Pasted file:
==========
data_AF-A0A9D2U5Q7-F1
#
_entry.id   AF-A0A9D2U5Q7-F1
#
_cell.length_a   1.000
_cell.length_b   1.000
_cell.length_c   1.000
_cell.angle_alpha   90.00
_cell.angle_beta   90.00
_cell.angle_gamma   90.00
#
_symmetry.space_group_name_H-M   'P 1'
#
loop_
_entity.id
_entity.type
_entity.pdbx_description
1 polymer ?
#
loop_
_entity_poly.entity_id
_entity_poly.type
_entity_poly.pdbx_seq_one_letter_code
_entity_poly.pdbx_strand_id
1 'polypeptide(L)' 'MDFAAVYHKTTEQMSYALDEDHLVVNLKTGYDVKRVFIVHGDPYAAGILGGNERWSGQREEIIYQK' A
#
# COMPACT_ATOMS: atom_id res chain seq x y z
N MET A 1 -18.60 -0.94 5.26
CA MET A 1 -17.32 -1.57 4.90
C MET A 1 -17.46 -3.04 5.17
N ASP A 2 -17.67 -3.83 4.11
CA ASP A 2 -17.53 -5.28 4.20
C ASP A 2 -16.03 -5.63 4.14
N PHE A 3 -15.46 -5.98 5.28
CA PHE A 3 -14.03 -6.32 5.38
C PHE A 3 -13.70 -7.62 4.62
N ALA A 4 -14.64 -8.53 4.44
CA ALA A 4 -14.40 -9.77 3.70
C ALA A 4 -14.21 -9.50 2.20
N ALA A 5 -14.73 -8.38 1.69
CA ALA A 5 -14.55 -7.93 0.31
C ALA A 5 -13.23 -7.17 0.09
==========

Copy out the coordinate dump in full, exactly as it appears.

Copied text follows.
data_AF-A0A9D2U5Q7-F1
#
_entry.id   AF-A0A9D2U5Q7-F1
#
_cell.length_a   1.000
_cell.length_b   1.000
_cell.length_c   1.000
_cell.angle_alpha   90.00
_cell.angle_beta   90.00
_cell.angle_gamma   90.00
#
_symmetry.space_group_name_H-M   'P 1'
#
loop_
_entity.id
_entity.type
_entity.pdbx_description
1 polymer ?
#
loop_
_entity_poly.entity_id
_entity_poly.type
_entity_poly.pdbx_seq_one_letter_code
_entity_poly.pdbx_strand_id
1 'polypeptide(L)' 'MDFAAVYHKTTEQMSYALDEDHLVVNLKTGYDVKRVFIVHGDPYAAGILGGNERWSGQREEIIYQK' A
#
# COMPACT_ATOMS: atom_id res chain seq x y z
N MET A 1 -18.60 -0.94 5.26
CA MET A 1 -17.32 -1.57 4.90
C MET A 1 -17.46 -3.04 5.17
N ASP A 2 -17.67 -3.83 4.11
CA ASP A 2 -17.53 -5.28 4.20
C ASP A 2 -16.03 -5.63 4.14
N PHE A 3 -15.46 -5.98 5.28
CA PHE A 3 -14.03 -6.32 5.38
C PHE A 3 -13.70 -7.62 4.62
N ALA A 4 -14.64 -8.53 4.44
CA ALA A 4 -14.40 -9.77 3.70
C ALA A 4 -14.21 -9.50 2.20
N ALA A 5 -14.73 -8.38 1.69
CA ALA A 5 -14.55 -7.93 0.31
C ALA A 5 -13.23 -7.17 0.09